The Xen Project has disclosed details of a critical flaw that could be used by hackers to crash servers hosting virtual machines.
Details about the threat were revealed in a blog post, following suggestions that Xen customers were under threat.
The speculation began after high-profile customers Amazon and Rackspace temporarily shut down parts of their services to perform unspecified "security updates and maintenance".
Xen is a free, open-source hypervisor that is widely used by cloud computing providers and virtual private server hosting companies to create and run virtual machines.
The flaw, listed by Xen as XSA-108, is serious as it could be used by hackers to crash servers and steal data.
"XSA-108 was caused by a bug in the emulation code used when running HVM guests on x86 processors. The bug allows an attacker with elevated guest OS privileges to crash the host or to read up to three KiB of random memory that might not be assigned to the guest," read the advisory.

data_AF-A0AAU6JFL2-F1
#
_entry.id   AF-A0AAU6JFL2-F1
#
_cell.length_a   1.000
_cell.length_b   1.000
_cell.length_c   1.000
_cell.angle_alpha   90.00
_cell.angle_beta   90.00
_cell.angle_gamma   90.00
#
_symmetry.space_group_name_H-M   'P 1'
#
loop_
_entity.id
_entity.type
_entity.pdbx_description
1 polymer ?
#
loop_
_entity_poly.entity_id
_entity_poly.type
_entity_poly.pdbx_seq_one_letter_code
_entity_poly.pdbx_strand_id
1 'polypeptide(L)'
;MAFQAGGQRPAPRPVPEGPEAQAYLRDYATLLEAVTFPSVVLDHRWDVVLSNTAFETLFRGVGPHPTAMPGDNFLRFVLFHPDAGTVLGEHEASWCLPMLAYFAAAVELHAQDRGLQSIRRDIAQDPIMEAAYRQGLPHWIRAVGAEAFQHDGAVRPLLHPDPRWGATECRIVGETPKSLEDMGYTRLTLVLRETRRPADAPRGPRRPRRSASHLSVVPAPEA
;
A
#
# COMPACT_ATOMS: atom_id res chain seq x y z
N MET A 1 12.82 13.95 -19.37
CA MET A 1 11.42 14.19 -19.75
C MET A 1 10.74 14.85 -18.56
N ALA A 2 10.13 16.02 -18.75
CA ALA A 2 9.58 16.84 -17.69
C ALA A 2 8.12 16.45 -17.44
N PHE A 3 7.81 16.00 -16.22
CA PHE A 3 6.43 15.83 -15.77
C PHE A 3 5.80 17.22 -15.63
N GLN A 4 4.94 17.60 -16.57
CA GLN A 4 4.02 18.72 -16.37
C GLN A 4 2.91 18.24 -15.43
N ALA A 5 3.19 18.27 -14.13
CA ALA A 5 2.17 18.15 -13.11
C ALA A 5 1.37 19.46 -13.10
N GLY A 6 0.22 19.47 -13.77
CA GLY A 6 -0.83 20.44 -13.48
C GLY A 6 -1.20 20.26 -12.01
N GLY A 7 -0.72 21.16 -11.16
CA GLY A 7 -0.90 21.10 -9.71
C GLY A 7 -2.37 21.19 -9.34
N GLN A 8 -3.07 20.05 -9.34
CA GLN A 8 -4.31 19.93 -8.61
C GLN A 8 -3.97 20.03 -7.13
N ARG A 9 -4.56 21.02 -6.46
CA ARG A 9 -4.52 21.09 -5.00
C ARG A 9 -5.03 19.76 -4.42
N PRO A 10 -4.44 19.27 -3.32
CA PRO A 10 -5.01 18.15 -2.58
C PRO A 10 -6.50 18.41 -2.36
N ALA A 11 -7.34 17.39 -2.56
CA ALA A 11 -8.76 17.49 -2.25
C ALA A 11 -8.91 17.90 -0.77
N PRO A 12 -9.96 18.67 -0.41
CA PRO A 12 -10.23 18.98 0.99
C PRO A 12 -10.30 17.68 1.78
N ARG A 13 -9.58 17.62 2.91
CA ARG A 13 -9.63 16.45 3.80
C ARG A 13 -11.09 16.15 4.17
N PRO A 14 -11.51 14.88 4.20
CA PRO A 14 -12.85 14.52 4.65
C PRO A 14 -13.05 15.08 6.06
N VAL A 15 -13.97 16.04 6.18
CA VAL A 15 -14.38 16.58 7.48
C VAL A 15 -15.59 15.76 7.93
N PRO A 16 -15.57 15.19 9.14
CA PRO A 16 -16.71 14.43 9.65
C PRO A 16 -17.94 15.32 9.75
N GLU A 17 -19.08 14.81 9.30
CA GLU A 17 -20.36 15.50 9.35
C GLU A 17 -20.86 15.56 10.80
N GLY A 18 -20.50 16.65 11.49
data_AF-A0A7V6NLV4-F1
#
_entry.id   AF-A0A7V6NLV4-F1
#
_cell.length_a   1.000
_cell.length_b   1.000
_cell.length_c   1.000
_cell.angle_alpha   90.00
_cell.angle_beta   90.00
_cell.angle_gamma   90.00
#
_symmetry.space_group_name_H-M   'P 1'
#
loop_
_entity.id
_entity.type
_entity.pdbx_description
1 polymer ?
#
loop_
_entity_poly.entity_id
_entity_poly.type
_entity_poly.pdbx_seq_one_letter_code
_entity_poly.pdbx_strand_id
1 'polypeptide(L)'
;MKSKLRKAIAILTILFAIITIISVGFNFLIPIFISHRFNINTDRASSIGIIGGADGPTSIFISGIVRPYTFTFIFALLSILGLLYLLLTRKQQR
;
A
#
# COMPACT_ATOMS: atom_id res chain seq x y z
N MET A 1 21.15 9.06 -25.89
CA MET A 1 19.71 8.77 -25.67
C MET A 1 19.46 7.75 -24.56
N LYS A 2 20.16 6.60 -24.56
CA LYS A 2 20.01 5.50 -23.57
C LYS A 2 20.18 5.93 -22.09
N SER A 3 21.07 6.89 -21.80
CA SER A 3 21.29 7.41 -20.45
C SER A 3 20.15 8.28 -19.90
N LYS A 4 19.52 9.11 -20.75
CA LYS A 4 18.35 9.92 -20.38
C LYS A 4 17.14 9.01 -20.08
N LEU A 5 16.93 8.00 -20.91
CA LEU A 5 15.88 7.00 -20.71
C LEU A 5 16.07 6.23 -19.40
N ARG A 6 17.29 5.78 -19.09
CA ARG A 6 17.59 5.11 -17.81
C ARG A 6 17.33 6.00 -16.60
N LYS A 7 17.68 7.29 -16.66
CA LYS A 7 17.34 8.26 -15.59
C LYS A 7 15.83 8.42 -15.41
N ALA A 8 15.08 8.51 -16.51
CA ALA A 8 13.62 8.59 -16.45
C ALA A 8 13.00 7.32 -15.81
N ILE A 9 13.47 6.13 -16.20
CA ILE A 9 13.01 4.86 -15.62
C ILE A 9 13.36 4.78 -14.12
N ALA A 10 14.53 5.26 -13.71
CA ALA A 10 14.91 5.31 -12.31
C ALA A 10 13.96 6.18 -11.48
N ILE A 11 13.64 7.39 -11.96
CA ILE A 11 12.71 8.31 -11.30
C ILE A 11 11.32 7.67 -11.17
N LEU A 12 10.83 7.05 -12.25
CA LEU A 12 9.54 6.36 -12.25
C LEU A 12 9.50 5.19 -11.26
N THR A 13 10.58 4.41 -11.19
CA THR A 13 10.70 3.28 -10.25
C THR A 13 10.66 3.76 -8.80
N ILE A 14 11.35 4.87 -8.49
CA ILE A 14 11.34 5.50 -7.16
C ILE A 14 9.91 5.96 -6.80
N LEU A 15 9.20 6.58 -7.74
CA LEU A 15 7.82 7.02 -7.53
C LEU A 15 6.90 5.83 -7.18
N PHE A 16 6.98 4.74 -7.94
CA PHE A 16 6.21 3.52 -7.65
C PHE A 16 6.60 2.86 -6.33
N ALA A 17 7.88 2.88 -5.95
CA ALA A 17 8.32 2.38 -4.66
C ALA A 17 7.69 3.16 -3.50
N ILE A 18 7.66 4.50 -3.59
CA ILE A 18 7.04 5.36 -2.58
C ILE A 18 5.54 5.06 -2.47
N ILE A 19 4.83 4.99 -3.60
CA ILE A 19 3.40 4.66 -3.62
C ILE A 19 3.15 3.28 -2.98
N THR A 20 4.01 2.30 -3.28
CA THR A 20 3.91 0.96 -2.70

"The memory could contain confidential information if it is assigned to a different guest or the hypervisor."
Xen released a patch under a non-disclosure agreement to customers last week in a bid to let them plug the flaw without alerting criminal hackers to it.
The Xen Project listed the successful deployment of the patch as proof of the effectiveness of private disclosure policies, although it still remains unclear how many users have installed it.
"[We] encourage people who find security issues to report them in private, [to] enable software vendors who distribute Xen Project software, public cloud and hosting providers and large scale users of Xen Project Software to address an issue in private such that risk of exposure to their users is minimised," argued the project.
"We believe that the process has been working well, as it did for XSA-108. Several cloud providers updated their servers, something that they decided was necessary in this case to best ensure their users were not put at risk. Most likely smaller vendors have done the same."
Responsible vulnerability disclosure is an ongoing matter of debate in the technology community. Google announced a wave of reforms to its Chrome Bug Bounty Programme's submission policy on 1 October designed to make it easier for hunters.
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